Almost all debtors filing for Chapter 7 bankruptcy must pass the “means test.” However, there are a few instances when a debtor can qualify for Chapter 7 bankruptcy without taking the means test.
Read on to learn about the means test and the exceptions to the means test requirement.
In 2005, Congress added the means test to the Chapter 7 bankruptcy eligibility requirements. The means test is meant to keep higher-income filers from qualifying for Chapter 7 bankruptcy. Instead, those filers must repay some of their debt in a Chapter 13 bankruptcy.
If your income is lower than the state median income, you qualify for Chapter 7 without going further. However, if your income is higher than your state’s median income, you must pass the means test, which compares your income to certain allowable expenses to see if you can repay a certain portion of your unsecured debt. (For details on the means test, see the articles in The Means Test & Other Chapter 7 Eligibility Issues.)
If you don’t have to take the means test, there’s no need to worry about how high your income is, or how it relates to your expenses.
There are three situations when you don’t have to pass the means test in order to qualify for Chapter 7 bankruptcy.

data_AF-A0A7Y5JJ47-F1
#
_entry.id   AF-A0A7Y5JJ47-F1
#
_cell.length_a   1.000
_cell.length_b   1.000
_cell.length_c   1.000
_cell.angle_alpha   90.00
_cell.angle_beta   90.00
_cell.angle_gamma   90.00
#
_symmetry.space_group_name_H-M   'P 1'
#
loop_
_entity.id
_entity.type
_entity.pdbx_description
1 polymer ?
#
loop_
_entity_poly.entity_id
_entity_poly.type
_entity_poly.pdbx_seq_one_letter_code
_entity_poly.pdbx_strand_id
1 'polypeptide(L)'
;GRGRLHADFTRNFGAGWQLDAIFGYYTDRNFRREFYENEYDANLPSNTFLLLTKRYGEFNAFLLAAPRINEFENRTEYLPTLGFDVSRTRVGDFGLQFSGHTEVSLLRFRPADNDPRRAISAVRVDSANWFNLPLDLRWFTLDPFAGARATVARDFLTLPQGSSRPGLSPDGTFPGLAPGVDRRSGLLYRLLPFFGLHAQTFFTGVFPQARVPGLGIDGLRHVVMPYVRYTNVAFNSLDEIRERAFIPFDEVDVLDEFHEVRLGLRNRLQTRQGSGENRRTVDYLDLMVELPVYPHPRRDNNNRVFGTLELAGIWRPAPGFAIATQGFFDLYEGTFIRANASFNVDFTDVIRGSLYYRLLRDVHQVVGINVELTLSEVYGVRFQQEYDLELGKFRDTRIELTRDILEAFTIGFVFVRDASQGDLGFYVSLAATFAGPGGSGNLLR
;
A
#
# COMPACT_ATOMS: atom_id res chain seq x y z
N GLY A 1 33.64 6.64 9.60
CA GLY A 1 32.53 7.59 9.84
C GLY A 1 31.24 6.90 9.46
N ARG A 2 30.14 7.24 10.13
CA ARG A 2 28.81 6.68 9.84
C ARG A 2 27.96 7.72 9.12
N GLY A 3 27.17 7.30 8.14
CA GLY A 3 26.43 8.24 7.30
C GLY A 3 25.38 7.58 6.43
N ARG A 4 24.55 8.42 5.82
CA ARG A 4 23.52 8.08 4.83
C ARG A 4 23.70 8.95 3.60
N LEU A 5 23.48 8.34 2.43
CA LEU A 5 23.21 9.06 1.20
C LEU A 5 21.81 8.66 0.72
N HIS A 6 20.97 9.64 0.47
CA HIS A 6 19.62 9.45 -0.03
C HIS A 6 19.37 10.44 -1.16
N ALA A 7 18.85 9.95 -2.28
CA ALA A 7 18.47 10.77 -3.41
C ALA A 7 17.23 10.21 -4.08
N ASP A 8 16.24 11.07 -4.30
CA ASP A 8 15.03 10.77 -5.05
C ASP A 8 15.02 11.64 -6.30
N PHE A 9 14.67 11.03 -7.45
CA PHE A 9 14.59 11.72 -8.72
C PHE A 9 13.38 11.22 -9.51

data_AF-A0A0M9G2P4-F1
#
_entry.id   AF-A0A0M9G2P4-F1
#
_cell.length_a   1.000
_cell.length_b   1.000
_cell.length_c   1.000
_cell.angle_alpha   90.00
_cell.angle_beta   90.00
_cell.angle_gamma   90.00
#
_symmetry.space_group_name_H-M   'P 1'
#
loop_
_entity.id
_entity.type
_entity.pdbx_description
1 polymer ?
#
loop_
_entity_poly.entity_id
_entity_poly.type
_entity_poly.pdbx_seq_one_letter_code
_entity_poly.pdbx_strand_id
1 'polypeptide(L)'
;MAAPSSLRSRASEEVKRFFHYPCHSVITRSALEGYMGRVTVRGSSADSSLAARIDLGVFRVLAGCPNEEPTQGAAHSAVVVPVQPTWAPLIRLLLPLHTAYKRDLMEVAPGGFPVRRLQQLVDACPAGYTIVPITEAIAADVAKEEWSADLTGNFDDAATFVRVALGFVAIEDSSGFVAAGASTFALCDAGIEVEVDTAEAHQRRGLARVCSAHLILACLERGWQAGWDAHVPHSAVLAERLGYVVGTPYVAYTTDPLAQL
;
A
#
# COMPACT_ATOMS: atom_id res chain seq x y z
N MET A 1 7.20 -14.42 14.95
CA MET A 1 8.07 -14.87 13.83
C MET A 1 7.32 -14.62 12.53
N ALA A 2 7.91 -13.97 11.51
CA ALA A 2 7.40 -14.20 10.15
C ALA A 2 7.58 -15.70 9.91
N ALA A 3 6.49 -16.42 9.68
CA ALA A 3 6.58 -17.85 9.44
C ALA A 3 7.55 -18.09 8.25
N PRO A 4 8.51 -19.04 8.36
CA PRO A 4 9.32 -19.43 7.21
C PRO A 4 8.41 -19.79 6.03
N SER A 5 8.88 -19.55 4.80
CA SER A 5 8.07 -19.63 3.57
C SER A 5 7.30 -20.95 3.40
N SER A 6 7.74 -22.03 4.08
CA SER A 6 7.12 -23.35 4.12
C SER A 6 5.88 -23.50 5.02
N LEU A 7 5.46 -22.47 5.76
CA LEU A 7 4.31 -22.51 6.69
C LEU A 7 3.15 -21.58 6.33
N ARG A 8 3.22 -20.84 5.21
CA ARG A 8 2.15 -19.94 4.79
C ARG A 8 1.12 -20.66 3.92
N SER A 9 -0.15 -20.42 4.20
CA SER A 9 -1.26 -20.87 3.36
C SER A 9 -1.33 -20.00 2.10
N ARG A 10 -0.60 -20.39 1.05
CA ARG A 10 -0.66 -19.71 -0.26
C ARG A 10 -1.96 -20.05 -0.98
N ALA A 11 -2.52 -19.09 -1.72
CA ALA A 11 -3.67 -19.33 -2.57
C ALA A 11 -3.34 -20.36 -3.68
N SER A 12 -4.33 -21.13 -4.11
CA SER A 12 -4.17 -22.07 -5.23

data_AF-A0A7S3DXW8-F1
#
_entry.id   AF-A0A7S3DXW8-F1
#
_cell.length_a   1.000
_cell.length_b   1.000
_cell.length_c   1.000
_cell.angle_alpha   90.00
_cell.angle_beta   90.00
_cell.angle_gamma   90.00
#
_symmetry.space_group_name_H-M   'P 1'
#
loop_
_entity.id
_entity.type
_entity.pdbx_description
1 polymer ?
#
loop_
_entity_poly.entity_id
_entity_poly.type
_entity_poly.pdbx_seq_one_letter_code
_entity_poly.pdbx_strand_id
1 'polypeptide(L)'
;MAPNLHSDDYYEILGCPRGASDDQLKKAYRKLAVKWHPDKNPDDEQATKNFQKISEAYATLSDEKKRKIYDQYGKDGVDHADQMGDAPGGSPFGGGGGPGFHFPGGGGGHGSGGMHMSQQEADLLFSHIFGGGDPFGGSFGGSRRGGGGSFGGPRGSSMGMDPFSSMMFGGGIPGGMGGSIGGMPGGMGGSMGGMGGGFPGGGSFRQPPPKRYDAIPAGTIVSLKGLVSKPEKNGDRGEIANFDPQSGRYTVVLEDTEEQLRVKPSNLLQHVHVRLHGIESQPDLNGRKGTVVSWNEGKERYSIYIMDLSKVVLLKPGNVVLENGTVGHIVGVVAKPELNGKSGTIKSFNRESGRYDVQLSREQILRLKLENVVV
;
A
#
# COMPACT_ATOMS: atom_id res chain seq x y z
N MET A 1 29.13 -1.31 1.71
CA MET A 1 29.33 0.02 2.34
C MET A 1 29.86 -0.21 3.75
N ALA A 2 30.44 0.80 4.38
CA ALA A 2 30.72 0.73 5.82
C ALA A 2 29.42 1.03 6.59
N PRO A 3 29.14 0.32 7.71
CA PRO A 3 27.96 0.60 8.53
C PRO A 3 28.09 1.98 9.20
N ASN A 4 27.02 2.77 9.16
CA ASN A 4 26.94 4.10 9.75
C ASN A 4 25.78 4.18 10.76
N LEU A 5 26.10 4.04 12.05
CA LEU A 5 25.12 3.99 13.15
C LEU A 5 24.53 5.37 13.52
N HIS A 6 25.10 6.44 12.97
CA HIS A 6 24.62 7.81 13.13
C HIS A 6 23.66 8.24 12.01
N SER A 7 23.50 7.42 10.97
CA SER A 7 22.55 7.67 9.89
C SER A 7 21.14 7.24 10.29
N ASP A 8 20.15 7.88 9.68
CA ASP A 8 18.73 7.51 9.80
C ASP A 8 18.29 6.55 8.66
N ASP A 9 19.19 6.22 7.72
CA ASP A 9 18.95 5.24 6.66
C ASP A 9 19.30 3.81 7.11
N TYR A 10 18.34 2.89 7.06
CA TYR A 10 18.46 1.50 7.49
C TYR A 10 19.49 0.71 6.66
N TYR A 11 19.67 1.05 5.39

If more than 50% of your debts are non-consumer debts you are excused from the means test requirement. Non-consumer debts generally refer to business debts – those debts that you incurred for your business or with profit motives in mind. However, some courts consider personal income tax debts to be non-consumer debts too.
(To learn more about the difference between consumer and business debts, see The Business Debt Exception to the Chapter 7 Means Test.)
If you are a disabled veteran and your debts were incurred primarily while you were on active duty or engaged in homeland defense activities, you don’t have to pass the means test. To qualify for this exclusion, you must have a disability rating of at least 30%.
The final exception to the means test requirement is for members of the military reserve or National Guard for the period they are on active duty and for 540 days thereafter, as long as they were on active duty or performing homeland defense activities for at least 90 days. Once the exclusion period ends, if the time has not passed for objections to the means test qualification in your bankruptcy case, you will have to take and pass the means test.